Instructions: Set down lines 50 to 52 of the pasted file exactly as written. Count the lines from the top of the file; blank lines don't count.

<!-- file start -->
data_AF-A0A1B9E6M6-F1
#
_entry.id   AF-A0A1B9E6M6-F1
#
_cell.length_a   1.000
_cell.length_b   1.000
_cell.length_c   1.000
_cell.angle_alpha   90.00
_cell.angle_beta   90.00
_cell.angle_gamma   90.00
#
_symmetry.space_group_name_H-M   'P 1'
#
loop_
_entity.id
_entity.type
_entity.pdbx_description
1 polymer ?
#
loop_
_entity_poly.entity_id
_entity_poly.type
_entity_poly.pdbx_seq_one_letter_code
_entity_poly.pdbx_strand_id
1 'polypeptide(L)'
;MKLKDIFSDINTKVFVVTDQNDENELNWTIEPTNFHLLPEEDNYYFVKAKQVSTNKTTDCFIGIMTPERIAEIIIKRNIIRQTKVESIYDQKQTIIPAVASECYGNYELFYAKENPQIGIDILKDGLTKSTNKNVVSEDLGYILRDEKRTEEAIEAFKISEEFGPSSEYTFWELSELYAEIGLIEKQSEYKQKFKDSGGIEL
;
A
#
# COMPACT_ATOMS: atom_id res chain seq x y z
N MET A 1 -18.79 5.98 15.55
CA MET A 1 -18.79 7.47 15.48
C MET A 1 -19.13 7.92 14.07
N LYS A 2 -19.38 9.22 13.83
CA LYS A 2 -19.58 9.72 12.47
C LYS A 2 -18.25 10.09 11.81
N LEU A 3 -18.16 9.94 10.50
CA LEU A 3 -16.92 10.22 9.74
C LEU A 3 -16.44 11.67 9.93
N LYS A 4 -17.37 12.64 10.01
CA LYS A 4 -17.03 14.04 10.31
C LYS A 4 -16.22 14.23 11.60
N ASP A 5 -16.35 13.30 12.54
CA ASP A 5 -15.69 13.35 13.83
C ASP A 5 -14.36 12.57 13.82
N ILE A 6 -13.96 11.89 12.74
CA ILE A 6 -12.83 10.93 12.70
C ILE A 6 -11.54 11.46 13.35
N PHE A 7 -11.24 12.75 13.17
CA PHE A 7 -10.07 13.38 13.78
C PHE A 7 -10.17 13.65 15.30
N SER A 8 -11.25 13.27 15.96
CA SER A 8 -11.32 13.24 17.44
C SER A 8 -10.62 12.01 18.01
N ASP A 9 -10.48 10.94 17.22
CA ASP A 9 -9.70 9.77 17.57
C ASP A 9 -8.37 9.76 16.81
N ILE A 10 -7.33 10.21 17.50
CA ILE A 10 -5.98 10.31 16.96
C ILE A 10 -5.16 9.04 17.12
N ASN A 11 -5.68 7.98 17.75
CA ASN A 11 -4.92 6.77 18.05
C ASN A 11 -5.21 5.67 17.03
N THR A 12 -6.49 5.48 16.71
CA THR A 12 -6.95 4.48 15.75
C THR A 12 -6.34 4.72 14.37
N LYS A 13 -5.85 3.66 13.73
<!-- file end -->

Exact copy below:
CA PHE A 7 -10.07 13.38 13.78
C PHE A 7 -10.17 13.65 15.30
N SER A 8 -11.25 13.27 15.96